It isn’t like one of those cities, Calcutta: dazzling, shocking, astonishing. Sandip Ray said in one of the sessions in the literary meet this year, “Calcutta is about having dinner at home”. It won’t shock you with the power it has over you, over your life. It will not damage you with its claims of money and power. Calcutta will get into you. It will become a chunk of your heart, a loss in your memory. It will confuse you every time you call it Calcutta and some stranger from far away asks you, “Isn’t it called Kolkata now?” But is it?
I remember when the first mall in Kolkata, Forum, opened. I remember how I would be so excited to go watch a movie there and then puppy-eye Papa into buying me ice cream from Baskin Robins. Today, Papa and I don’t really go to that many movies together and malls seem to be plain boring. Calcutta was in Papa buying me ice cream. Calcutta is in New Market. Kolkata is an illusion.
Calcutta is the way you can just stop while walking on the road and wonder if you really want to go where you are going. It is giving up your seat in the bus for the old widow with broken spectacles and a faded, bordered, white saree who will say “Na ma, tumi bosho” with her crinkled, wrinkled smile. Calcutta is the way all the buses stop at the wave of a hand and conductors yell, “Aaste! Ladies pete bachha!”, all those rickshaw wallahs and the trams that are too slow for Kolkata but perhaps just fast enough for Calcutta. It is in eating jhaal muri after shopping at Vardaan Market, buying a chocolate softy outside Treasure Island after a satisfying day spent at New market. It is in leaving office early to go to Victoria just because you suddenly felt like it. It is in all those ideas that won’t seep into words and then all those silences, which would be crippled by a search for meaning. Calcutta is in the conviction with which you will reply after a pause, “No, it will always be Calcutta to me.”
Calcutta isn’t like the other cities. It isn’t an addiction. It won’t haunt when you are gone. It will calm your nightmares. There might be a day when you will feel like leaving it, leaving behind your daaknaam, to go away to where you could do something more with your life because really, Calcutta seems to be forever in a dream, cut off from the pace of other cities, giving its people a pause, a moment to bring back hope. Time is irrelevant to it, an insignificant formality to define life with.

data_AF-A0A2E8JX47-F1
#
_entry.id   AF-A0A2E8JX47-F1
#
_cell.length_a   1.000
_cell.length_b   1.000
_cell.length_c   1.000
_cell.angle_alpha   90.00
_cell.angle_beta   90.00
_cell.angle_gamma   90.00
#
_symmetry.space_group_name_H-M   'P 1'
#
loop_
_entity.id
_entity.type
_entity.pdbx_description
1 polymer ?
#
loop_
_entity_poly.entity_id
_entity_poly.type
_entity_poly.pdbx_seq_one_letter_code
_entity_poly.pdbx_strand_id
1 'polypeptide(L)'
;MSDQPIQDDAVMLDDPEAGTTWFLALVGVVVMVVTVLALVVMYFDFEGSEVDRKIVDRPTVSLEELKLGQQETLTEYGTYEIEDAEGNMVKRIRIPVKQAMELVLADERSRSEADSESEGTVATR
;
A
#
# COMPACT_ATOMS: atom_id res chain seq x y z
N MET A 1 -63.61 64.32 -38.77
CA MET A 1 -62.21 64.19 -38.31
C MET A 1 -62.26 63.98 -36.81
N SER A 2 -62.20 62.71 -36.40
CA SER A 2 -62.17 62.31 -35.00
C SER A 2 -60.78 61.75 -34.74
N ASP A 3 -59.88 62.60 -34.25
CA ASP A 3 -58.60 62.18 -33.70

You know how all through our lives we keep moving to bigger, better houses? Calcutta is the first house you ever knew, the one that had practically no furniture and patches of paint would keep falling off and yet it was home. Calcutta is peeping behind the walls of that house playing hide and seek with your first friend ever. And when you are long gone, a resident of some bigger, better city and are standing in a shop buying a cigarette, it will come to you in the memory of your girlfriend back home asking you to quit. That’s what Calcutta does to you. It gets into you. In the way you will order dinner at the last minute even though you aren’t hungry as such because you remember Ma asking you to eat properly with tears in her eyes when you were leaving and the bag full of food she manipulated you into carrying.
But mostly, Calcutta will teach you to be in love. Your first dream, your first crush, the way you would hide being in love like you were 5 and it was a chocolate you didn’t want to share. It will teach you to love faces and places and then it will teach you to love life, just as it is. It will teach you that this is it, that no matter what you get from life now, will not be greater than this gift of being in love, knowing that you would give everything, every inch of your universe for one thing. And you will ask yourself on some days, in between cups of cha, if it’s all that mattered. Isn’t there supposed to be more to life? But is there?
Calcutta may try to become Kolkata, try to fit in but perhaps, it never will. It will always be the sunlight seeping in through the leaves of trees, the stars that you will pack in your bags when you leave. It will always be Calcutta in the song on its roads, in the dance of Durga Puja, in the way you will love and let go, and love again.
Yes, it will get into you. It is, inside of you.
Can you feel it?